5 Extensions to Enhance Google+

Google is currently testing their latest attempt at breaking into social networking: Google Plus. Even though the service is in it’s infancy 3rd party developers are already unleashing extensions to enhance it.

Google has internally dogfooded the application (really it’s several applications loosely tied together) and and are now extensively testing it with a limited number of users. There’s isn’t a public API available to developers yet but that hasn’t slowed down developers who are already busy developing extensions and add-ons to enhance features. Following are four extensions that you can use to enhance Google+.

[Read more…]


Google Sets Sights on Skype: Bakes Video Chat Into Chrome

Watch you back Skype/Microsoft, Google is gunning for you. Alongside their social initiatives, Google is now implementing its open-source audio and video chat software into the Chrome browser, enabling users to chat in real-time without having to load up a secondary client like Skype.

Google has started to build its open-source WebRTC software into Chrome. WebRTC was introduced in May as a new open tech that allows developers to create quick HTML and Javascript APIs for building voice and video chat applications on the web. With WebRTC built into Chrome, users will be able to start video chats over Google Talk without the need for installing Google’s plug-in first. Oh and they’ve introduced this as royalty-free and are promising to work with other browsers developers(probably Mozilla and Opera initially, but then IE and Safari at some point too) to flesh out the project. This means that anyone building a site can make use of the new tech, and in theory, construct their own personal Skype battering ram. I bet someone is at MS is questioning if they should have spent that massive amount of money for Skype (then again, maybe they knew this was coming and they HAD to in order to compete?!).

The WebRTC (a la Google Talk via the browser) will certainly help the ChromeOS initiative, it’s one more piece of the “web as the OS” strategy coming into place. I also have to imagine that this will play VERY well in with Google’s new social initiative: Google+.


Drag and Drop Gmail Attachments

Gmail added support for a HTML5 feature that has been recently included in Firefox and Google Chrome: selecting files using drag and drop. If you use Firefox 3.6+ or Chrome 4+, you can now add attachments by dragging the files from your favorite file manager to Gmail. When you drag the files, Gmail shows a drop zone where you need to place the files.

“We’ll enable this for other browsers as soon as they support this feature. For now, you can drag and drop attachments in Chrome and Firefox only,” mentions Google.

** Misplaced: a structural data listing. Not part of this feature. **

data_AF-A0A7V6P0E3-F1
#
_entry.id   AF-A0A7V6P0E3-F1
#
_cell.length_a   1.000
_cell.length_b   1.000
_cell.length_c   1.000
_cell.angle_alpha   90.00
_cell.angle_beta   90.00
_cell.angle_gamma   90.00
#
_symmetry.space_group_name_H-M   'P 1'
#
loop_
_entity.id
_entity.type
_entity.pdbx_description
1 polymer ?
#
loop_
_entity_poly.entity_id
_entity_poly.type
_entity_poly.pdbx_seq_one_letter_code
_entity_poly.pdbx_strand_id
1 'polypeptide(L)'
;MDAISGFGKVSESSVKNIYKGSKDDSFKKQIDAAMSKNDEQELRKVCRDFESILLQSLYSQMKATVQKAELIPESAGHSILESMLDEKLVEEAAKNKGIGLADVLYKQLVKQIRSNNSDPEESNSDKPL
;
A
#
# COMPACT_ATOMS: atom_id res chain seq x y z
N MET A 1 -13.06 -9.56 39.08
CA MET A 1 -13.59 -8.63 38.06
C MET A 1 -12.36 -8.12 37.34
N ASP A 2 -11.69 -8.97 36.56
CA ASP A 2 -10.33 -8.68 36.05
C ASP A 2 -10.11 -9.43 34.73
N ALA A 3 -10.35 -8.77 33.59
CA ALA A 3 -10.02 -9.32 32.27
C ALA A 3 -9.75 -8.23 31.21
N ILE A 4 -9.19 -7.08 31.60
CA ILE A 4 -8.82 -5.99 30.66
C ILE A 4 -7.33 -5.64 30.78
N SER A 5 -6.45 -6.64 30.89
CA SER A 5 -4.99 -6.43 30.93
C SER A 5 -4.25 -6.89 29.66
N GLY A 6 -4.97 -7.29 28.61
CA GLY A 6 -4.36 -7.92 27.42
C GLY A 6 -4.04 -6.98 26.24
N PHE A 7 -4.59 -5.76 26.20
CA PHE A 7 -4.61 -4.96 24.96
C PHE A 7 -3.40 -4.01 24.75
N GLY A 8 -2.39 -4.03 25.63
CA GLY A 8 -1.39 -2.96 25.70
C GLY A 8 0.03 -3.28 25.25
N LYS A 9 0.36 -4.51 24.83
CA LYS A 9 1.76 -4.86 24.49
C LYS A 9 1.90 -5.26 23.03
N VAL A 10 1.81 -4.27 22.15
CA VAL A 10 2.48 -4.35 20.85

The nice thing about this feature is that it no longer uses the Flash uploader, which isn’t very reliable. What I don’t understand is why Gmail still uses the Flash uploader to select multiple files directly from the browser, now that the input tag supports more than one file. If you disable Flash in Firefox 3.6 and don’t use drag and drop, you can only attach one file at a time:


JSNES – NES emulator written entirely in Javascript shows off Chrome speed

Ben Firshman has ported the vNES into Javascript. Seriously… in JavaScript. While that’s pretty cool itself what it really shows is the blinding fast speed at which Google Chrome can handle JavaScript. In Google Chrome you get Full speed, 60 FPS emulation. Firefox… about 10 FPS. Now you can goof off with some cool old school NES games right from your browser… as long as your browser is Chrome (COMEON GOOGLE… GET EXTENSIONS IN THERE SO I CAN SWITCH!)



Optimize FireFox’s SQLITE Database to Improve Performance

Firefox uses SQLITE databases to store lots of its settings. By the time the databases grow and Firefox starts working slowly. It will take a lot of time to load during startup, the overall speed will be effected, and browsing Histories will be too slow. This is very common problem and it occurs largely because of fragmentation of databases.

SpeedyFox takes care of any database fragmentation and thus makes Firefox zippier. You might not see a difference if you try SpeedyFox on a fresh Firefox install, it works great after you have been using Firefox for some time. Just close Firefox, run SpeedyFox and point it to the profile you want to optimize.

Once installed, SpeedyFox automatically detects your Firefox’s default profile. If you have more than one profile, you can select the one you want to optimize from the drop-down menu. If you have portable version of Firefox, choose your profile path manually by selecting “Custom…” profile. All you have to do is hit the Speed Up Firefox button.

The optimization process can take anywhere from 5 minutes to an hour depending on how large your databases are. The whole optimization process is safe as it does not effect your history, bookmarks, passwords, etc.

Download SpeedyFox here.